Permanent Total Disability Substantial evidence supports the compensation judge’s conclusion that the employee is permanently and totally disabled as the result of her work injury. Medical Treatment and Expenses – Nursing Services Where the services provided were limited to cleaning services not related to personal care of the employee, the services are not covered by workers’ compensation. Affirmed in part and reversed in part.
Stordahl v. Advanced Communications, Inc., 1/26/07

Temporary Partial Disability Where the record did not establish that the employee had any wage loss for purposes of temporary partial disability, the compensation judge did not err in denying that claim. Medical Treatment and Expense – Surgery Where, on the date of hearing, the employee was only 33 years old, was less than six months postinjury, had not followed up on recommendations for weight loss and active rehabilitation, and had only minimal disc disruption on discogram, and where the only physician recommending surgery did not explain why he was no longer recommending conservative care, the compensation judge did not err in denying the employee’s request for approval of fusion surgery. Affirmed.
McIntyre v. Wilson Lines of Minnesota, 1/31/07

Causation Substantial evidence, including the employee’s testimony and the medical evidence, supports the compensation judge’s finding that the employee has bilateral hand and arm symptoms secondary to his work-related injury to the cervical spine on July 30, 2001.
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• COMPACT • May 2007 *This case is on appeal to the Minnesota Supreme Court.

Summaries of Decisions Evidence – Res Judicata The finding, in a prior findings and order, that the employee was not permanently and totally disabled as of Aug. 3, 2004, does not preclude a finding of permanent total disability from and after Aug. 4, 2004. The employee need not, necessarily, provide evidence of a material change in condition, but is required only to provide proof of the existence of the claimed disability during the time for which benefits are claimed. Permanent Total Disability Substantial evidence, including both expert medical and vocational opinion, supports the compensation judge’s determination that a job search would have been fruitless, and that the employee was permanently and totally disabled, effective Aug. 4, 2004. Affirmed.
Duggan v. United Properties, 2/1/07

Medical Treatment and Expense – Treatment Parameters Minnesota Rules Part 5221.6100, subp. 2.G.(1) Where the chart notes of the employee’s treating and consulting physicians, along with the employee’s testimony, provided sufficient evidence that the employee’s condition had not improved with initial nonsurgical management, and where the consulting physician recommended that the employee undergo a discogram, following an MRI scan, so that he could review the diagnostic testing to determine the level and extent of pathology and the appropriate treatment options, the compensation judge’s conclusion that the employee had satisfied the criteria in Minnesota Rules Part 5221.6100, subp. 2.G.(1), for authorizing discography was not clearly erroneous and unsupported by substantial evidence. Affirmed.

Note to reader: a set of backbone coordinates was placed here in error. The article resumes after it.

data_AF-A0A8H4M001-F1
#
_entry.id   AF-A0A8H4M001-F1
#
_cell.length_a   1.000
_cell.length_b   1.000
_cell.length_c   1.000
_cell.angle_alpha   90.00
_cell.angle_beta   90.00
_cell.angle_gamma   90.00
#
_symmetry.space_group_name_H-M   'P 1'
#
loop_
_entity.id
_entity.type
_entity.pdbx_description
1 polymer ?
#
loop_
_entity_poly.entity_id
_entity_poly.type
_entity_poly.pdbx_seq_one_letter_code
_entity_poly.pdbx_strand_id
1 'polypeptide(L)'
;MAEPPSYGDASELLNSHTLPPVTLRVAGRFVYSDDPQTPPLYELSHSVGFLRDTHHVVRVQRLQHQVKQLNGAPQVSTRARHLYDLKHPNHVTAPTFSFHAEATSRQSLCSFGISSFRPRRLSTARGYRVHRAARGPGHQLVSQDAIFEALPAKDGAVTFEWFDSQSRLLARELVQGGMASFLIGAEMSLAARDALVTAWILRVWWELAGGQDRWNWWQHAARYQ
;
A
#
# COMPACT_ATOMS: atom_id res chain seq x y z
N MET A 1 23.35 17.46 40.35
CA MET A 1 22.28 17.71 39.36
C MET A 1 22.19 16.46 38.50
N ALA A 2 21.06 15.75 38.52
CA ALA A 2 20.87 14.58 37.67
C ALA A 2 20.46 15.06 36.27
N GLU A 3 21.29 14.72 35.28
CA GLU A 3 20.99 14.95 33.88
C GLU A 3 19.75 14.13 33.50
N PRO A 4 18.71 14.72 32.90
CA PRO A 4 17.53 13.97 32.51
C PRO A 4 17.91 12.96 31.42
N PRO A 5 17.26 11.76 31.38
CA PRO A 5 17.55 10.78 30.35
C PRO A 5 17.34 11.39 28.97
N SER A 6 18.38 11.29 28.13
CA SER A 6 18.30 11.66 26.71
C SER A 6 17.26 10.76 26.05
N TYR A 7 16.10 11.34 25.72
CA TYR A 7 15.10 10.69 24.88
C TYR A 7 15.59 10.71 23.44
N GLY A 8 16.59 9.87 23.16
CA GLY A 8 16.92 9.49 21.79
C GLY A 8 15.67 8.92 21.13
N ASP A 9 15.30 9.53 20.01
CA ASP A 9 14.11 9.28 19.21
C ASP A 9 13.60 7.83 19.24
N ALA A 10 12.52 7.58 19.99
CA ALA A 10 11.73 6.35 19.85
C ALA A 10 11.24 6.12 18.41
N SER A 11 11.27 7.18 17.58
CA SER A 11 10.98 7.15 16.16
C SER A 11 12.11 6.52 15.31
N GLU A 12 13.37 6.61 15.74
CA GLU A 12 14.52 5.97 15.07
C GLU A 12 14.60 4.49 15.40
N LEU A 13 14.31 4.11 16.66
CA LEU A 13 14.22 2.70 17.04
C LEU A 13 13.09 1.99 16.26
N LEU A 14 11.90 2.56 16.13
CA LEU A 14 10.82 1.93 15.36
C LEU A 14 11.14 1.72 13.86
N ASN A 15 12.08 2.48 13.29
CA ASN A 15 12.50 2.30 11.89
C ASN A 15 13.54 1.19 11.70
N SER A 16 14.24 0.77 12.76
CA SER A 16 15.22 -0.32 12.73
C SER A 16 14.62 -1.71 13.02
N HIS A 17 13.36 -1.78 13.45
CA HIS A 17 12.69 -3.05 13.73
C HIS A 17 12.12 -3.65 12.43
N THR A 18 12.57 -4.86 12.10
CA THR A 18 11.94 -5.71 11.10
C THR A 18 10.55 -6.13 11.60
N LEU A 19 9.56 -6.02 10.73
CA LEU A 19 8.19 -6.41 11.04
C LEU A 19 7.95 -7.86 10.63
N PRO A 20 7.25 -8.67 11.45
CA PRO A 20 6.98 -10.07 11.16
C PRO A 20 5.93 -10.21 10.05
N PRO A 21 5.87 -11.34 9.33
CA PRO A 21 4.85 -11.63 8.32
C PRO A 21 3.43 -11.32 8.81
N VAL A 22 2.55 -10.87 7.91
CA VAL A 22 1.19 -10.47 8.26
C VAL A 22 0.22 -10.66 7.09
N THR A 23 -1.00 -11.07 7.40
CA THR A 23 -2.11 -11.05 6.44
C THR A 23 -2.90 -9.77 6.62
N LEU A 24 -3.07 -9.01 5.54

Coffing v. Independent School District #194, 2/5/07

Attorney Fees – Roraff Attorney Fees – Heaton Where it had been the employer and insurer, not the employee’s attorney, who had prevailed in continuing the employee’s rehabilitation benefits, where, in her findings and order on attorney fees, the compensation judge adopted by reference “as though set forth verbatim” her own earlier findings and order on issues of the employee’s entitlement to benefits, and where, in that earlier findings and order, she referenced the records and opinions of the employee’s treating doctor no fewer than 16 times, the compensation judge’s determination that a Roraff fee of $500, instead of $10,106.25, was reasonable for the attorney’s work on medical and related matters in the case was not clearly erroneous and unsupported by substantial evidence for any failure to contemplate the treating doctor’s testimony or for any inattention to the complexities of the case.
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Summaries of Decisions Attorney Fees – Irwin Where, in one of her findings and order, the judge clearly addressed deliberately at least five of the seven factors for determining a reasonable attorney fee under Irwin v. Surdyk’s Liquor, the compensation judge’s determination that a Roraff fee of $500, instead of $10,106.25, was reasonable for the attorney’s work on medical and related matters in the case was not clearly erroneous and unsupported by substantial evidence for any failure to analyze the facts of the case pursuant to the “Irwin factors,” notwithstanding the fact that the judge did not mention the Irwin case by name anywhere in her decision. Affirmed.
Higbee v. Mid Central Steel Erectors, 2/6/07

Permanent Total Disability Substantial evidence, including expert opinion, supported the compensation judge’s decision that the employee was permanently and totally disabled as a substantial result of his work-related low back injury and resulting failed fusion surgery. Apportionment – Equitable Equitable apportionment is not available where a portion of the employee’s disability is attributable to an earlier work injury that occurred when the employee was self-employed and uninsured against workers’ compensation liability. Affirmed.
Hovland v. Streater, Inc., 2/6/07

Causation Substantial evidence in the form of a well-founded medical opinion supports the compensation judge’s decision that the employee’s work injury is a substantial contributing factor in his ongoing disability. Affirmed.